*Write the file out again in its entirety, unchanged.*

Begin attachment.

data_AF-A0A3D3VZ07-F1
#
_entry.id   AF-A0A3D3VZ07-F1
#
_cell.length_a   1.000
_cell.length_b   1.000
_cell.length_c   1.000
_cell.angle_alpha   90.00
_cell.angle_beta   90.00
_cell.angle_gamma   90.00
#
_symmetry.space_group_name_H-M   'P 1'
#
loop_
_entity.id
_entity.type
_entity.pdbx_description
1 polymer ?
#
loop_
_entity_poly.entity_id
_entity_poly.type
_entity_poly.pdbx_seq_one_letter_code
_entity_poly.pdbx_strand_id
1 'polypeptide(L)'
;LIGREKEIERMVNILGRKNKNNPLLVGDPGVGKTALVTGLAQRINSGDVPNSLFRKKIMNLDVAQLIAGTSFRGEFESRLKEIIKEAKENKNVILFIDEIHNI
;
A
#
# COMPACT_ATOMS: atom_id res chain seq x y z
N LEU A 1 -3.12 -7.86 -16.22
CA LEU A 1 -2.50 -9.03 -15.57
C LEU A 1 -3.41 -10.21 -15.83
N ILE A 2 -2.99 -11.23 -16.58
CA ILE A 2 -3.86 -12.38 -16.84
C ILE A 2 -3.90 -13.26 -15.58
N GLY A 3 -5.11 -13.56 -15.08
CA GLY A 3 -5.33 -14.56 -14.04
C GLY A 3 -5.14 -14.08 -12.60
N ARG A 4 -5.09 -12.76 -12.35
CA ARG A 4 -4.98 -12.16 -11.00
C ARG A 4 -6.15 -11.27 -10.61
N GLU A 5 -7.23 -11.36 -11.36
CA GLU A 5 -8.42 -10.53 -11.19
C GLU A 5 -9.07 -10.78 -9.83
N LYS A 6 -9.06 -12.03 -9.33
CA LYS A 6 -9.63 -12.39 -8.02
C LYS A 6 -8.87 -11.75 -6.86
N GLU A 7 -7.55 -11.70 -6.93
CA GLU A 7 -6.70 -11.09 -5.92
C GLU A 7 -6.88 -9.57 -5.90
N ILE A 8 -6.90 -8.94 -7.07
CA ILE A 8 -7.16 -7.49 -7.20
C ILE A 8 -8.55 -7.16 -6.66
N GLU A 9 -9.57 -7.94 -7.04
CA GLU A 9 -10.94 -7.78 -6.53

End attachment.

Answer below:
data_AF-A0A3D3VZ07-F1
#
_entry.id   AF-A0A3D3VZ07-F1
#
_cell.length_a   1.000
_cell.length_b   1.000
_cell.length_c   1.000
_cell.angle_alpha   90.00
_cell.angle_beta   90.00
_cell.angle_gamma   90.00
#
_symmetry.space_group_name_H-M   'P 1'
#
loop_
_entity.id
_entity.type
_entity.pdbx_description
1 polymer ?
#
loop_
_entity_poly.entity_id
_entity_poly.type
_entity_poly.pdbx_seq_one_letter_code
_entity_poly.pdbx_strand_id
1 'polypeptide(L)'
;LIGREKEIERMVNILGRKNKNNPLLVGDPGVGKTALVTGLAQRINSGDVPNSLFRKKIMNLDVAQLIAGTSFRGEFESRLKEIIKEAKENKNVILFIDEIHNI
;
A
#
# COMPACT_ATOMS: atom_id res chain seq x y z
N LEU A 1 -3.12 -7.86 -16.22
CA LEU A 1 -2.50 -9.03 -15.57
C LEU A 1 -3.41 -10.21 -15.83
N ILE A 2 -2.99 -11.23 -16.58
CA ILE A 2 -3.86 -12.38 -16.84
C ILE A 2 -3.90 -13.26 -15.58
N GLY A 3 -5.11 -13.56 -15.08
CA GLY A 3 -5.33 -14.56 -14.04
C GLY A 3 -5.14 -14.08 -12.60
N ARG A 4 -5.09 -12.76 -12.35
CA ARG A 4 -4.98 -12.16 -11.00
C ARG A 4 -6.15 -11.27 -10.61
N GLU A 5 -7.23 -11.36 -11.36
CA GLU A 5 -8.42 -10.53 -11.19
C GLU A 5 -9.07 -10.78 -9.83
N LYS A 6 -9.06 -12.03 -9.33
CA LYS A 6 -9.63 -12.39 -8.02
C LYS A 6 -8.87 -11.75 -6.86
N GLU A 7 -7.55 -11.70 -6.93
CA GLU A 7 -6.70 -11.09 -5.92
C GLU A 7 -6.88 -9.57 -5.90
N ILE A 8 -6.90 -8.94 -7.07
CA ILE A 8 -7.16 -7.49 -7.20
C ILE A 8 -8.55 -7.16 -6.66
N GLU A 9 -9.57 -7.94 -7.04
CA GLU A 9 -10.94 -7.78 -6.53